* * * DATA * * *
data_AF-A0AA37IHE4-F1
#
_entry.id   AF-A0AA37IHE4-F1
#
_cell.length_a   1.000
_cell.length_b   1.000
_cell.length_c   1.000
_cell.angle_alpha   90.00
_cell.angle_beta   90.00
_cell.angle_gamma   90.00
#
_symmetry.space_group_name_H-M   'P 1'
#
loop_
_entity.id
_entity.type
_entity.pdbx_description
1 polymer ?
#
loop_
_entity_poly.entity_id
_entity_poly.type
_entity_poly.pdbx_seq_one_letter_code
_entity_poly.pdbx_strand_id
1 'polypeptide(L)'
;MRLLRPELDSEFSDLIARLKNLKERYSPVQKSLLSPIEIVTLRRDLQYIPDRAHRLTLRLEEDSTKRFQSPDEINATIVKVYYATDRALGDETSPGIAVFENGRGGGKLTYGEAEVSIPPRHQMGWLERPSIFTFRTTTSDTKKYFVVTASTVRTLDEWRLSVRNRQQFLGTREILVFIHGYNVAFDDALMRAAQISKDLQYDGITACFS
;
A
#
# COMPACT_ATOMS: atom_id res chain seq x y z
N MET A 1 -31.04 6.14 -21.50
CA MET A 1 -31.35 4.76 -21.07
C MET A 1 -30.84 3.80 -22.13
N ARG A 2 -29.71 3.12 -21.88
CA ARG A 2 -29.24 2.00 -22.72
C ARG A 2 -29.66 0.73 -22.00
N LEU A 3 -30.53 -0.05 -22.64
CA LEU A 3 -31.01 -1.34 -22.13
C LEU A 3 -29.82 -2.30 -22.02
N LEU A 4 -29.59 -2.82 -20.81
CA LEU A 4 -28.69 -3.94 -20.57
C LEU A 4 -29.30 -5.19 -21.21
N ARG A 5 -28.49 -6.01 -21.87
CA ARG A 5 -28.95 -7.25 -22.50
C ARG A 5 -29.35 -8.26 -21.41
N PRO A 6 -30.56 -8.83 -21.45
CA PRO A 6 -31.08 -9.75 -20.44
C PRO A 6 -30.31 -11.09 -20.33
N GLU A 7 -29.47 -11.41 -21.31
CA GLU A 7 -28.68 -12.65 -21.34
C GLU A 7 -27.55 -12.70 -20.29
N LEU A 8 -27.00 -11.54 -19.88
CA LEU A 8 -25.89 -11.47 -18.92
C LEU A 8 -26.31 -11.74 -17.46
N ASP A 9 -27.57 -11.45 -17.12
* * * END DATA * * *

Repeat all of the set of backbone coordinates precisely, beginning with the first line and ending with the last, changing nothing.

data_AF-A0AA37IHE4-F1
#
_entry.id   AF-A0AA37IHE4-F1
#
_cell.length_a   1.000
_cell.length_b   1.000
_cell.length_c   1.000
_cell.angle_alpha   90.00
_cell.angle_beta   90.00
_cell.angle_gamma   90.00
#
_symmetry.space_group_name_H-M   'P 1'
#
loop_
_entity.id
_entity.type
_entity.pdbx_description
1 polymer ?
#
loop_
_entity_poly.entity_id
_entity_poly.type
_entity_poly.pdbx_seq_one_letter_code
_entity_poly.pdbx_strand_id
1 'polypeptide(L)'
;MRLLRPELDSEFSDLIARLKNLKERYSPVQKSLLSPIEIVTLRRDLQYIPDRAHRLTLRLEEDSTKRFQSPDEINATIVKVYYATDRALGDETSPGIAVFENGRGGGKLTYGEAEVSIPPRHQMGWLERPSIFTFRTTTSDTKKYFVVTASTVRTLDEWRLSVRNRQQFLGTREILVFIHGYNVAFDDALMRAAQISKDLQYDGITACFS
;
A
#
# COMPACT_ATOMS: atom_id res chain seq x y z
N MET A 1 -31.04 6.14 -21.50
CA MET A 1 -31.35 4.76 -21.07
C MET A 1 -30.84 3.80 -22.13
N ARG A 2 -29.71 3.12 -21.88
CA ARG A 2 -29.24 2.00 -22.72
C ARG A 2 -29.66 0.73 -22.00
N LEU A 3 -30.53 -0.05 -22.64
CA LEU A 3 -31.01 -1.34 -22.13
C LEU A 3 -29.82 -2.30 -22.02
N LEU A 4 -29.59 -2.82 -20.81
CA LEU A 4 -28.69 -3.94 -20.57
C LEU A 4 -29.30 -5.19 -21.21
N ARG A 5 -28.49 -6.01 -21.87
CA ARG A 5 -28.95 -7.25 -22.50
C ARG A 5 -29.35 -8.26 -21.41
N PRO A 6 -30.56 -8.83 -21.45
CA PRO A 6 -31.08 -9.75 -20.44
C PRO A 6 -30.31 -11.09 -20.33
N GLU A 7 -29.47 -11.41 -21.31
CA GLU A 7 -28.68 -12.65 -21.34
C GLU A 7 -27.55 -12.70 -20.29
N LEU A 8 -27.00 -11.54 -19.88
CA LEU A 8 -25.89 -11.47 -18.92
C LEU A 8 -26.31 -11.74 -17.46
N ASP A 9 -27.57 -11.45 -17.12